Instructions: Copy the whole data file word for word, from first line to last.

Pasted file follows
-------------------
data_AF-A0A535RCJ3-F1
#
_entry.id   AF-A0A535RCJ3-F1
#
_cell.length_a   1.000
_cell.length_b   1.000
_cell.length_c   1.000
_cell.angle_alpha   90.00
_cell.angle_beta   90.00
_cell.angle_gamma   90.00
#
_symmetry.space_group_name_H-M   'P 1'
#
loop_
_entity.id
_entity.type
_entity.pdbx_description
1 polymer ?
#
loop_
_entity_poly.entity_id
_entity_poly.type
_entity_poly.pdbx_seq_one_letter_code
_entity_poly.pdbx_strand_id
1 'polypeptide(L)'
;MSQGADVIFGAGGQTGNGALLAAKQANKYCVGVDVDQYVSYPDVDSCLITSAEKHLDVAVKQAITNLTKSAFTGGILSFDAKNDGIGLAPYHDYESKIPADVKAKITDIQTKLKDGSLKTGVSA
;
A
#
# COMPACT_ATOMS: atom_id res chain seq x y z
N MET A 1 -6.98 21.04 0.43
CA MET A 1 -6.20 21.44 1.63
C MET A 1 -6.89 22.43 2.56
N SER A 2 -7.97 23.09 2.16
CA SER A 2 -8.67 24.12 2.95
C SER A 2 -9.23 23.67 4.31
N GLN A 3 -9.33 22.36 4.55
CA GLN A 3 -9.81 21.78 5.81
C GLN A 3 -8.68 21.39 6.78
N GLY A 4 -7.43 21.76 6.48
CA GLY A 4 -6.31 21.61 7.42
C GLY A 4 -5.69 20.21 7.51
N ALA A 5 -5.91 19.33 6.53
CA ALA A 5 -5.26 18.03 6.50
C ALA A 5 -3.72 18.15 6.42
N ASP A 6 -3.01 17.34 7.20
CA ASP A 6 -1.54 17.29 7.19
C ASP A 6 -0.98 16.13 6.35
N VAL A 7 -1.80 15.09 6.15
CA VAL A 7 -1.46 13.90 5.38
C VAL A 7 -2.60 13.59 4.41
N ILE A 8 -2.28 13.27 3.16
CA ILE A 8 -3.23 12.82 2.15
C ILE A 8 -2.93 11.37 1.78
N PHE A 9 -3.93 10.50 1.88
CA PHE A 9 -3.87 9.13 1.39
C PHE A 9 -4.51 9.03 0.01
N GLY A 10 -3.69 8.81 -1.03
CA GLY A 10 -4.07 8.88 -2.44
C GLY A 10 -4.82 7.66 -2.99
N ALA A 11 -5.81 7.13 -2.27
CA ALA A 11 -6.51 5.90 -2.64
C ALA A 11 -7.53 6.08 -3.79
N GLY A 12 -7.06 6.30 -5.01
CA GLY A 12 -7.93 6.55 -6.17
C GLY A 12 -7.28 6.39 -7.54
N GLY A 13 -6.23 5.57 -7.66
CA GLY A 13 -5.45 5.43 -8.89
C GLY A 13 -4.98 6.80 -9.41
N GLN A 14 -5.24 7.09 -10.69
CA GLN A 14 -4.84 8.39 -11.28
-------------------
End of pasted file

data_AF-A0A535RCJ3-F1
#
_entry.id   AF-A0A535RCJ3-F1
#
_cell.length_a   1.000
_cell.length_b   1.000
_cell.length_c   1.000
_cell.angle_alpha   90.00
_cell.angle_beta   90.00
_cell.angle_gamma   90.00
#
_symmetry.space_group_name_H-M   'P 1'
#
loop_
_entity.id
_entity.type
_entity.pdbx_description
1 polymer ?
#
loop_
_entity_poly.entity_id
_entity_poly.type
_entity_poly.pdbx_seq_one_letter_code
_entity_poly.pdbx_strand_id
1 'polypeptide(L)'
;MSQGADVIFGAGGQTGNGALLAAKQANKYCVGVDVDQYVSYPDVDSCLITSAEKHLDVAVKQAITNLTKSAFTGGILSFDAKNDGIGLAPYHDYESKIPADVKAKITDIQTKLKDGSLKTGVSA
;
A
#
# COMPACT_ATOMS: atom_id res chain seq x y z
N MET A 1 -6.98 21.04 0.43
CA MET A 1 -6.20 21.44 1.63
C MET A 1 -6.89 22.43 2.56
N SER A 2 -7.97 23.09 2.16
CA SER A 2 -8.67 24.12 2.95
C SER A 2 -9.23 23.67 4.31
N GLN A 3 -9.33 22.36 4.55
CA GLN A 3 -9.81 21.78 5.81
C GLN A 3 -8.68 21.39 6.78
N GLY A 4 -7.43 21.76 6.48
CA GLY A 4 -6.31 21.61 7.42
C GLY A 4 -5.69 20.21 7.51
N ALA A 5 -5.91 19.33 6.53
CA ALA A 5 -5.26 18.03 6.50
C ALA A 5 -3.72 18.15 6.42
N ASP A 6 -3.01 17.34 7.20
CA ASP A 6 -1.54 17.29 7.19
C ASP A 6 -0.98 16.13 6.35
N VAL A 7 -1.80 15.09 6.15
CA VAL A 7 -1.46 13.90 5.38
C VAL A 7 -2.60 13.59 4.41
N ILE A 8 -2.28 13.27 3.16
CA ILE A 8 -3.23 12.82 2.15
C ILE A 8 -2.93 11.37 1.78
N PHE A 9 -3.93 10.50 1.88
CA PHE A 9 -3.87 9.13 1.39
C PHE A 9 -4.51 9.03 0.01
N GLY A 10 -3.69 8.81 -1.03
CA GLY A 10 -4.07 8.88 -2.44
C GLY A 10 -4.82 7.66 -2.99
N ALA A 11 -5.81 7.13 -2.27
CA ALA A 11 -6.51 5.90 -2.64
C ALA A 11 -7.53 6.08 -3.79
N GLY A 12 -7.06 6.30 -5.01
CA GLY A 12 -7.93 6.55 -6.17
C GLY A 12 -7.28 6.39 -7.54
N GLY A 13 -6.23 5.57 -7.66
CA GLY A 13 -5.45 5.43 -8.89
C GLY A 13 -4.98 6.80 -9.41
N GLN A 14 -5.24 7.09 -10.69
CA GLN A 14 -4.84 8.39 -11.28